Published on Tuesday, April 2, 2003 by the Boston Globe
Bush Benefits From Decay of Democracy
by Robert Kuttner
HOW DOES George W. Bush get away with it?
His trademark is the use of liberal-sounding rhetoric -- on health care, education, jobs, tax fairness, the environment -- while his policies do the opposite. To watch his recent address on Medicare and Medicaid (which he wants to gut), you would think you were listening to Ted Kennedy.
Presumably, Bush resorts to liberal rhetoric because these are the policies the country wants. Don't the voters care when he does the opposite?
Bush's march to war has also been marked by one misrepresentation after another. Seymour Hersh, writing in The New Yorker, recently exposed as a forgery the administration's claim that Saddam Hussein was seeking to buy enriched uranium for nuclear weapons. The war is not the cakewalk Bush forecast. Ordinary Iraqis are not greeting American troops with flowers, while US casualties mount. The recriminations -- generals versus Rumsfeld, Pentagon versus State Department -- are already leaking into the press.
Yet George W. Bush just floats above it all, popularity ratings surprisingly intact. How does he do it?
Here are five theories -- and to give away the punch line, they all play a part:
Decayed democracy. For three decades, the instruments of our democracy have been withering. I don't mean just declining voter turnout, or the displacement of voting by big money. As Theda Skocpol writes in her brilliant new book ''Diminished Democracy: From Membership to Management in American Civic Life,'' ordinary people once participated actively in membership organizations that had actual meetings, debated issues, and operated democratically. Today, civil society is made up increasingly of Washington-based, staff-run interest groups.
The decay of democracy is particularly pronounced among less affluent citizens. It's working class voters who have lost means of participation, like unions, and have given up on politics. The elite, meanwhile, is networked as never before. Just stop into any Washington hotel and you'll see gatherings of one professional and business association after another.
Even encouraging civic signs, like millions of young people volunteering, are double edged. The same eager college students tutoring kids to read are shunning politics as just hopeless.
All these chickens are finally coming home to roost: When democracy is pro-forma, the government can do almost anything without fear of retribution.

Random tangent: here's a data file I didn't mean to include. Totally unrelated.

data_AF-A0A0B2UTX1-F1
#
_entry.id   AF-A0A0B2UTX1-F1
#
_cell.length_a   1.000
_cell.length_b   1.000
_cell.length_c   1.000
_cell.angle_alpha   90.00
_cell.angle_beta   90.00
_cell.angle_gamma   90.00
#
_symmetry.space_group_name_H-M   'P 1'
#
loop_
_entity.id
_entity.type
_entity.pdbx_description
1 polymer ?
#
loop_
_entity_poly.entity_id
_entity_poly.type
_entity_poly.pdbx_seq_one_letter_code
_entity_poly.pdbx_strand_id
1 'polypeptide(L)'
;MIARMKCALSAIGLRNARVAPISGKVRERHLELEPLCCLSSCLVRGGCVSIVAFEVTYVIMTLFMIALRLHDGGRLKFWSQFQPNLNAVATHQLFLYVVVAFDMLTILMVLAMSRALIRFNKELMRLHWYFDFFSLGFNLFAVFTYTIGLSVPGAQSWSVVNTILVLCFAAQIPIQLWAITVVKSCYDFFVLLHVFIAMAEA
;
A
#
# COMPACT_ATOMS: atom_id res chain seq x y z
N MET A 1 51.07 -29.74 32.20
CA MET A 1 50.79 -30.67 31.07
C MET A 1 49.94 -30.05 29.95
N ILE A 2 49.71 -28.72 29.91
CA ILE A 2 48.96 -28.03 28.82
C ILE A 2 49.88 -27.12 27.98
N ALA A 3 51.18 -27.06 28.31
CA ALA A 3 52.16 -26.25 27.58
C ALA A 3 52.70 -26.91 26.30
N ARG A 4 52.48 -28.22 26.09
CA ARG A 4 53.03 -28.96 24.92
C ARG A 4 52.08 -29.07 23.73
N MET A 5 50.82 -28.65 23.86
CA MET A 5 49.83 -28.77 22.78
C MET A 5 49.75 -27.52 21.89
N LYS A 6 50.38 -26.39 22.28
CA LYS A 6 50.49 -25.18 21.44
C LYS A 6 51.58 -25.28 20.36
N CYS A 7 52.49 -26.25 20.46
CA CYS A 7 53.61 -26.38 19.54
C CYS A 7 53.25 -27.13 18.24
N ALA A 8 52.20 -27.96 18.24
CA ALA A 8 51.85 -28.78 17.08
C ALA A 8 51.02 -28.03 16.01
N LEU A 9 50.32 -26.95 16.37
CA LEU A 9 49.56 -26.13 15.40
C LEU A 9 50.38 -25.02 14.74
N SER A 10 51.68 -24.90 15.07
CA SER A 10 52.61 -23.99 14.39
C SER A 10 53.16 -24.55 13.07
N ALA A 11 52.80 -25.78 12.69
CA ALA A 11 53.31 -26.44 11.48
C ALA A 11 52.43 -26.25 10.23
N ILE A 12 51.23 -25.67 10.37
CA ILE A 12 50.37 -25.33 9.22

The media. Bush benefits from the media in several respects. There is a well-orchestrated right-wing amen corner that has no counterpart on the liberal side. It isn't just Fox, the Weekly Standard, the Washington Times, Rush Limbaugh, and The Wall Street Journal, all of whom function as an echo chamber for the administration line. There's simply no counterpart on the liberal side (the so-called liberal papers, like the Globe and The New York Times play it absolutely straight in their news reporting.)
The ferocity and ideological zeal of the right-wing press influences the mainstream press. The right-wing pundits on the talk shows are part of a well-honed strategy. Their ''liberal'' counterparts are polite and moderate by comparison (where on the talk shows is the liberal counterpart to William Kristol?)
Why isn't Hersh's revelation front page news? Why are the rebuttals to Bush's outright fabrications relegated to the back of the paper? If these were Clinton lies, the press would be all over him.
TV is a culprit in yet another respect. It fosters spectacle, not democratic deliberation. It eats up time that might otherwise be spent doing the business of democracy. Viewers watch Bush's soothing speeches and take them at face value. Who has the time or inclination to check the details?
The Iraq war and 9/11. People do rally around the commander in chief in wartime. But not always. Lyndon Johnson was hounded out of office in 1968, at the height of the Vietnam War. Roosevelt barely won the election of 1944. Bush would not be so invulnerable were it not for the other factors.
The Bush machine. Yes, political master-strategist Karl Rove, and golden-tongued speechwriter Michael Gerson are damned good (they'd have to be!) But without the power of the right-wing press and the decay of democracy, their genius would take Bush only so far.
Mr. Nice Guy/Tough Guy. It's true. Bush sounds more like just plain folks than Al Gore ever did. The president's otherwise scrupulous handlers may even have calculated that it's folksy to have him keep mispronouncing nook-yuh-ler. Imagine, the man's hand is on a trigger that could blow us all to smithereens, and he can't even say it right.
Even in a decayed democracy, of course, if things get bad enough, the people will throw the rascals out. But repairing democracy itself -- that is harder.
Robert Kuttner's is co-editor of The American Prospect. His column appears regularly in the Globe.
© Copyright 2003 Globe Newspaper Company